Tyrion’s mouth was full of bread and fish. He took a swallow of strong black beer to wash it all down, and grinned up wolfishly at Jaime, “Why, Jaime, my sweet brother,” he said, “you wound me. You know how much I love my family.” 1
Stone Beer has come. And it’s darker than ever. The latest release of Stone & Wood Brewing’s annual winter beer continues its journey to become one of the most anticipated Australian craft beers of each year. The beer is created in the presence of a crowd, surrounded by food and the brewers’ beer industry family.
I was invited to attend the Stone Beer brew day back in March. I travelled north on the King’s Road (aka Princes Highway) to the Stone & Wood Brewery in Byron Bay.
Stone Beer is brewed on several occasions over a week, to adequately fill the tanks. Each time, the brewers gather a crowd to help create and celebrate the beer, accumulating in the “Festival of the Stone”.
First, with a gathering of invited guests from the beer trade and media, then with the wider Stone & Wood family and community on the following weekend.
We assembled at the brewery to feast on food, drink ale and get stoned…in the figurative sense, as we gathered around a pit of flaming stones and wood.
The story of those stones has been told many times. The igneous rocks were used by co-founder and head brewer, Brad Rogers, during his days living in Fiji, where underground cooking was common. Brad brought them back to Australia and has been using the same rocks to help create unique dark ale inspired by medieval stein beers, since first brewing Stone Beer in 2009.
The rocks are heated until “white hot”, then pulled from the fire with wire thongs and placed into a small round cage. Next the rocks are lowered into the kettle as wort boils. Steam rushes out of the kettle as the rocks hit the liquid, and the first phase of the brewing theatrics is done.
Once the brew is complete and the beer has been transferred to the fermenter, the process with the stones is repeated. This time the glowing hot rocks are first dipped into a sanitiser solution, to ensure no unwanted bugs or wild yeast infect the beer, then lowered into the fermenter tank.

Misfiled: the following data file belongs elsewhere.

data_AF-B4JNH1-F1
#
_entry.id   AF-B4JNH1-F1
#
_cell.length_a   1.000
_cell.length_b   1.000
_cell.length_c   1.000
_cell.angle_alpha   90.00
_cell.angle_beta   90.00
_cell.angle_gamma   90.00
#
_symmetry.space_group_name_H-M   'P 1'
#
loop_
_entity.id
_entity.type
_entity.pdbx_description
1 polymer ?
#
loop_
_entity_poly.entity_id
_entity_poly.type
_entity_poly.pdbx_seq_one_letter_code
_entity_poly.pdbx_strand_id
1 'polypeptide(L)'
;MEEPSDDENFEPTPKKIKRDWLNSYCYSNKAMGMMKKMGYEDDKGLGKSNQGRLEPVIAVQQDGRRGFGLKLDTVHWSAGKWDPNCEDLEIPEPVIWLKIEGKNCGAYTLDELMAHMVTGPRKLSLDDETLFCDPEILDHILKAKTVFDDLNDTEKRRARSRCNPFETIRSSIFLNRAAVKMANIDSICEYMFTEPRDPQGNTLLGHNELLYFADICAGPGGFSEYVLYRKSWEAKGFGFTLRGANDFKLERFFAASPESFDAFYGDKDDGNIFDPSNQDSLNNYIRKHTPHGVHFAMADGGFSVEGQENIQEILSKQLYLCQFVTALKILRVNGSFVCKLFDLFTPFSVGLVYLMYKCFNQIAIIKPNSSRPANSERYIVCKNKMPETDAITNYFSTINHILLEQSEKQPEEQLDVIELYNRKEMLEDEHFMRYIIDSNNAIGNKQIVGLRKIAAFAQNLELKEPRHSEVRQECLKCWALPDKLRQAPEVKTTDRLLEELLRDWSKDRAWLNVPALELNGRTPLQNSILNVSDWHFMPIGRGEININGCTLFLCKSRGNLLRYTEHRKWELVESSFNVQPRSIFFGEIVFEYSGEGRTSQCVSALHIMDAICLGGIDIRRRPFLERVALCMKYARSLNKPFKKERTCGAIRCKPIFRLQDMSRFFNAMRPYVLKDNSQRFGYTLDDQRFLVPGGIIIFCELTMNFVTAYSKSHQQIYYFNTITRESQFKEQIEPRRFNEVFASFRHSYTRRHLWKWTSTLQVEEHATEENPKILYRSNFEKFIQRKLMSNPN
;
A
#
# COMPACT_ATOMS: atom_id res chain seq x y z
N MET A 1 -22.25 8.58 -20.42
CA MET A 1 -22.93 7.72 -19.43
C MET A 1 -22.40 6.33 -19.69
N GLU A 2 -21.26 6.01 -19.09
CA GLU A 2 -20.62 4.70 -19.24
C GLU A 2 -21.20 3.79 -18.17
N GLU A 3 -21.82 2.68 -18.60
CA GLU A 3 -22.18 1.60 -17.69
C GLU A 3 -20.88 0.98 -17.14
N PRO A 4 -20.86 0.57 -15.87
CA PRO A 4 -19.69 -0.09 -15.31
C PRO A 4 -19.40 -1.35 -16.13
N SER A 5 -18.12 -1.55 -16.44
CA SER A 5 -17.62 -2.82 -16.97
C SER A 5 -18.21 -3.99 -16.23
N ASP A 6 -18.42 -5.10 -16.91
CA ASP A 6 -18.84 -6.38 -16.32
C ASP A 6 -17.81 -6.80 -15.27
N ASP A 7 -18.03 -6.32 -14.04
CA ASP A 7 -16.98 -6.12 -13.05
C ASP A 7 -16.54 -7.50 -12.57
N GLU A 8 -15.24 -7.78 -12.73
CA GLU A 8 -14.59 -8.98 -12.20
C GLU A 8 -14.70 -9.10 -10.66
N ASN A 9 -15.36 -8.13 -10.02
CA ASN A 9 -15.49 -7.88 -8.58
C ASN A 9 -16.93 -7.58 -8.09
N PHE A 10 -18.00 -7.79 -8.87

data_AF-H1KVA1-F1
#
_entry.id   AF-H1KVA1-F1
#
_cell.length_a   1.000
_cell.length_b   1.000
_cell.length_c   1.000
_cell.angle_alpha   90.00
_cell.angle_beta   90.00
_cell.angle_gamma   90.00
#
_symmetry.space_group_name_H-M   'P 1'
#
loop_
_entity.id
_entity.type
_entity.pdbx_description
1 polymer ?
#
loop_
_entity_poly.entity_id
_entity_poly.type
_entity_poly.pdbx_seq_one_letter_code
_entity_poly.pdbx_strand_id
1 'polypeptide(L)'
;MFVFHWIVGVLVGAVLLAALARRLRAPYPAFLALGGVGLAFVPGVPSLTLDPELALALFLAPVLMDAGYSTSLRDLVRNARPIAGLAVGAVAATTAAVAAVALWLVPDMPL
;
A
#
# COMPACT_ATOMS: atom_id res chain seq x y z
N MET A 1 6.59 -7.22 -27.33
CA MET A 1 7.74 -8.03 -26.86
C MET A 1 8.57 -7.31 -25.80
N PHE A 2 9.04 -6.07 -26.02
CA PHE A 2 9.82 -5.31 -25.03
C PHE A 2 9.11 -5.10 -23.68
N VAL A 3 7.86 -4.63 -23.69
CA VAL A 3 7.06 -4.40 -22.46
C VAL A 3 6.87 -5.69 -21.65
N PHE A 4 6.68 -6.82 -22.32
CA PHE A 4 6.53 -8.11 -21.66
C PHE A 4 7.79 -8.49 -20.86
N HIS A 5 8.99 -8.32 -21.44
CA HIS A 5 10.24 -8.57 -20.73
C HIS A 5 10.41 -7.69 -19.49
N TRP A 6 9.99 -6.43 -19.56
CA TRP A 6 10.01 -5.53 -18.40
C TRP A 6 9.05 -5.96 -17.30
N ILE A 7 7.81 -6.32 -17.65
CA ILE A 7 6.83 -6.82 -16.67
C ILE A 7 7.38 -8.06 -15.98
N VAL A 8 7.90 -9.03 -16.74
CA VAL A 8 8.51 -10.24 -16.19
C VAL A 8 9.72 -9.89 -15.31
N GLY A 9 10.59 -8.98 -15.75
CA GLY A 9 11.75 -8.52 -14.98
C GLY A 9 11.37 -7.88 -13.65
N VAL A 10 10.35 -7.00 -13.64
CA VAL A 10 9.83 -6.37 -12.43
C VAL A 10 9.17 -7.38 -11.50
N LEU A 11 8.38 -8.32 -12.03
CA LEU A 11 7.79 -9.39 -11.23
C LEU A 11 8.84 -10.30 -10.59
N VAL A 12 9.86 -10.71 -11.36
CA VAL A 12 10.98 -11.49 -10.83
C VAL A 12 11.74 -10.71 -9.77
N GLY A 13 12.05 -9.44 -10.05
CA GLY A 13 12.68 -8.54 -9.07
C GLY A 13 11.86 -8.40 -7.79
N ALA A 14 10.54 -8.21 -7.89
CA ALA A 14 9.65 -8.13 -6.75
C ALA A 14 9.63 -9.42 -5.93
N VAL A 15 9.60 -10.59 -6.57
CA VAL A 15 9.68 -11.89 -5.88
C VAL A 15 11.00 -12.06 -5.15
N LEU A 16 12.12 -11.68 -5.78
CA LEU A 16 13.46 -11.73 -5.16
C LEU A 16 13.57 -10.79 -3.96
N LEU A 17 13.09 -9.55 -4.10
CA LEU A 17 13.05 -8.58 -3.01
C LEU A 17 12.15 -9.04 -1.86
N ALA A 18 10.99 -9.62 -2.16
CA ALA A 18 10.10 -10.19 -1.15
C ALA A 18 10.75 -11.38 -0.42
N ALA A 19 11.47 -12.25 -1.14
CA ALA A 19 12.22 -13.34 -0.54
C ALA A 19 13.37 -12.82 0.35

The recipe is tweaked a little each year, but has remained fairly consistent for the last three years. Increasingly, the beer is a little darker, and a little more complex. This year, the beer was brewed using 13 different malt varieties, and two hops (Helga and Sylva), along with the helping hands of beer enthusiasts, writers, bloggers and bar owners.
The small team of professional brewers carefully presiding over the brewing process, while the brewery’s founders championed the history and philosophy of Stone & Wood, showcased by the friendly and sharing community atmosphere that surrounds all present.
See here how Stone Beer is brewed, with Stone & Wood’s video from the brew day event.
So how does this 2014 vintage of Stone Beer taste?
It’s darkly delicious, with rich complexity that defies how smooth the beer feels in the mouth.
The aroma is reminiscent of the previous two Stone Beer releases, from 2012 and 2013.
Like the books in George R. R. Martin’s ‘A Song of Ice and Fire’ series, Stone Beer has become less sweet than previous releases. This year, the beer is highlighted by a robust roast character, across a palate of coffee, dark chocolate and dark fruits.
This year, Stone Beer feels more like a porter than the fruity dark ale of years past. Drink it now, or cellar it away for a year or two. The chocolate characteristic is likely to grow richer over time. Moreover, it’s a time-capsule of a day when we gathered around stone, wood and fire to make a beer for winter, those coming days of ice.
The beer is available now in 500ml bottles and on tap around the country. You can locate the 2014 vintage Stone Beer near you by using the Stone & Wood Beer Finder.
See more photos from the Stone Beer brew day on the Brews News Facebook page.
1 From A Games of Thrones – Book 1 in the series ‘A Song of Ice and Fire’ by George R. R. Martin.